To prevent the spiral turns 32 already wound on the rolls 10, 12 from shifting on the rolls, it is possible, if so required, for instance to fix the first turn 32 in the longitudinal direction of the rolls.
FIG. 3, to which reference is now made, shows on an enlarged scale a broken-away part of a base fabric produced as shown in FIGS. 1 and 2. Each longitudinal thread (warp thread) 22 of the strip 20 makes an angle a with the machine direction MD of the fabric/press felt. These oblique longitudinal threads 22 run uninterrupted through the entire base fabric layer, whilst the cross threads (weft threads) 24 are interrupted and each have a length w. This is contrary to a traditional tubular-woven endless base fabric, in which the longitudinal threads (which in a tubular-woven fabric consist of the weft threads) are parallel to the machine direction and the cross threads (warp threads) run uninterrupted across the entire width of the base fabric.
FIG. 4 illustrates most schematically, with an exaggerated small distance between the rolls 10, 12 and with an exaggerated large strip width w, an inventive embodiment of particular interest. Two spirally-wound layers 40 and 42 are placed crosswise on each other, optionally setting out from one and the same strip 20. As mentioned above, this embodiment especially yields the advantage of an increased flow resistance occurring, since the longitudinal threads in both layers 40, 42 make an angle with each other. For an embodiment according to FIG. 4, it may be possible in some cases to dispense with the above-mentioned edge joint.
As a variant of the embodiment in FIG. 4, it is also possible to combine a spirally-wound layer of base fabric according to the invention with a traditionally tubular-woven layer of base fabric to form a base fabric of multi-layer type.
For a base fabric of multilayer type, it is further possible in known manner to use different Thread spacings/structures for the different layers in order to obtain, for example, special dewatering-inhibiting properties.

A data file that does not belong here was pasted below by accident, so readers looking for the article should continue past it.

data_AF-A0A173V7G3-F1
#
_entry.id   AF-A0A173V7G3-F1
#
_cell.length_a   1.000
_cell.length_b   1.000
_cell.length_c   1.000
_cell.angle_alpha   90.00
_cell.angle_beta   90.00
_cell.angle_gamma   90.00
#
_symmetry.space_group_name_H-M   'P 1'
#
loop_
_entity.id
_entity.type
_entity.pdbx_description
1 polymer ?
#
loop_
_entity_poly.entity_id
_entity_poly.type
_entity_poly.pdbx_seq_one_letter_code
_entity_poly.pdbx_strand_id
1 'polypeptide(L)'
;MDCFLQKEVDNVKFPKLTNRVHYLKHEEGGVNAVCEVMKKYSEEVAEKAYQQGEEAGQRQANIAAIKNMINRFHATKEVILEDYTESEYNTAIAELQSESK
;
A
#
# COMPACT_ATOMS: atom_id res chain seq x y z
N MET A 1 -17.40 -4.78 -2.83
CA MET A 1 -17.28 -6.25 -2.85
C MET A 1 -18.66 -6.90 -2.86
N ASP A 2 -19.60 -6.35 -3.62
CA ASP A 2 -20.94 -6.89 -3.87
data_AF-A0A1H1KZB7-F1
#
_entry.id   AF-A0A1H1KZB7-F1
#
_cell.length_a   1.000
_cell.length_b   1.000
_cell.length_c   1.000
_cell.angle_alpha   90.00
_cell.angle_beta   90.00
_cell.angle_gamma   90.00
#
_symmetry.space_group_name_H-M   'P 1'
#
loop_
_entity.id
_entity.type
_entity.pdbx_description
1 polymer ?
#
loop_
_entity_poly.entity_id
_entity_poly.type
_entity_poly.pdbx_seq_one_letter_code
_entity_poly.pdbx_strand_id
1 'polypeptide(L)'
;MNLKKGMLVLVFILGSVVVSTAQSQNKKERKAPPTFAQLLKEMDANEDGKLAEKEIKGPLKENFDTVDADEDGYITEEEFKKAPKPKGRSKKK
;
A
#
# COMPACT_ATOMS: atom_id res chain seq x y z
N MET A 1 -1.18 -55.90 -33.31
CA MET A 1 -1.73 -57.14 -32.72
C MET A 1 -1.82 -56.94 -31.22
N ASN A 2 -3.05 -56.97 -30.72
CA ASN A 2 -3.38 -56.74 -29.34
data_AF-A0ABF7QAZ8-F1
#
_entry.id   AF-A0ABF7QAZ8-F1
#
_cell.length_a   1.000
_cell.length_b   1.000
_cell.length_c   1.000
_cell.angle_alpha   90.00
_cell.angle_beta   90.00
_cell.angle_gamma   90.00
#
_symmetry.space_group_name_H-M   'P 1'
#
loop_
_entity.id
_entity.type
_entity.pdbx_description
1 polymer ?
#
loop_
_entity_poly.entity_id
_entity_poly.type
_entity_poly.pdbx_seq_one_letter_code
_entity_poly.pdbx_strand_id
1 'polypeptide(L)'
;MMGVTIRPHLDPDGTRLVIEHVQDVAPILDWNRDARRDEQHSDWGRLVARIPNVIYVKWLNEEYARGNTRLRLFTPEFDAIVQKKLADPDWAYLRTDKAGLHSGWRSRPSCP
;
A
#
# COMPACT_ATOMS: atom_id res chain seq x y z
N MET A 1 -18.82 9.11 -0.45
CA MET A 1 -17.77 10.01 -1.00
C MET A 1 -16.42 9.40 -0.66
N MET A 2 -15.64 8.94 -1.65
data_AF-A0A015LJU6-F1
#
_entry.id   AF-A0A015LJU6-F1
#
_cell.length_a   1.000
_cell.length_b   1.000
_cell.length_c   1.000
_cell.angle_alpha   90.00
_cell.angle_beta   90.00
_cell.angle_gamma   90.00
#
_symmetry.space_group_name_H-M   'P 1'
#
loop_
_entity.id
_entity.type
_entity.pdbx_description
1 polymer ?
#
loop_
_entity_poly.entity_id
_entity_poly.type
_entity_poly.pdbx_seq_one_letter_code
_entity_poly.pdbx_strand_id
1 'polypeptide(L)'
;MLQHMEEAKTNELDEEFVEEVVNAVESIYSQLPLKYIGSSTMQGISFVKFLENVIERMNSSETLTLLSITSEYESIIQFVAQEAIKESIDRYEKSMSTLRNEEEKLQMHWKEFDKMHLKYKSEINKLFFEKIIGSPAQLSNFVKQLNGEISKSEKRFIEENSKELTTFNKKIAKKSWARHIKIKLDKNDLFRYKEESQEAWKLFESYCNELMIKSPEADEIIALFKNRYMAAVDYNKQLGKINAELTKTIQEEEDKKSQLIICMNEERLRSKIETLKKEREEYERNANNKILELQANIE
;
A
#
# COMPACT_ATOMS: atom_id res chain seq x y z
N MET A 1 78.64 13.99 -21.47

FIG. 5 schematically shows how the end edges 26, 28 of two juxtaposed spiral turns 32 are in edge-to-edge relationship and joined by sewing, as schematically indicated at 44. FIG. 5 also schematically illustrates a top layer 46 of fiber material, such as a batt layer, arranged on the base fabric, e.g. by needling.
As to the top layer 46 and the needling thereof, it may be mentioned in particular that the top layer can be used for holding together the different layers in a base fabric of multilayer type according to FIG. 4.
FIG. 6 shows an alternative embodiment according to which adjacent longitudinal edge portions of adjoining spiral turns are arranged overlappingly, the edges having a reduced thickness so as not to give rise to an increased thickness in the area of transition.
FIG. 7 shows another variant with overlapping of adjoining edge portions. According to this alternative, the spacing between longitudinal threads is increased at the edges 26, 28 of the strip 20, as indicated at 48, and the longitudinal threads 22 of the edge portions are interlaced. The result is an unchanged spacing between longitudinal threads in the area of transition, as indicated at 50.
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|U.S. Classification||428/193, 28/110, 162/358.1, 139/383.0AA, 428/192, 139/383.00A, 442/185, 28/135|
|International Classification||D06H5/00, D21F7/08|
|Cooperative Classification||Y10T442/3033, Y10T428/24777, D21F7/083, Y10T428/24785, D06H5/005|
|European Classification||D06H5/00C2, D21F7/08B|
|Jun 15, 1993||AS||Assignment|
Owner name: ALBANY INTERNATIONAL CORP., NEW YORK
Free format text: ASSIGNMENT OF ASSIGNORS INTEREST;ASSIGNORS:REXFELT, JAN;SVENSSON, SVEN-ARNE;REEL/FRAME:006702/0594
Effective date: 19930527
|Apr 20, 1998||FPAY||Fee payment|
Year of fee payment: 4
|Apr 21, 1998||DI||Adverse decision in interference|
Effective date: 19971007
|May 7, 2002||SULP||Surcharge for late payment|
Year of fee payment: 7
|May 7, 2002||FPAY||Fee payment|
Year of fee payment: 8
|May 21, 2002||REMI||Maintenance fee reminder mailed|
|May 1, 2006||FPAY||Fee payment|
Year of fee payment: 12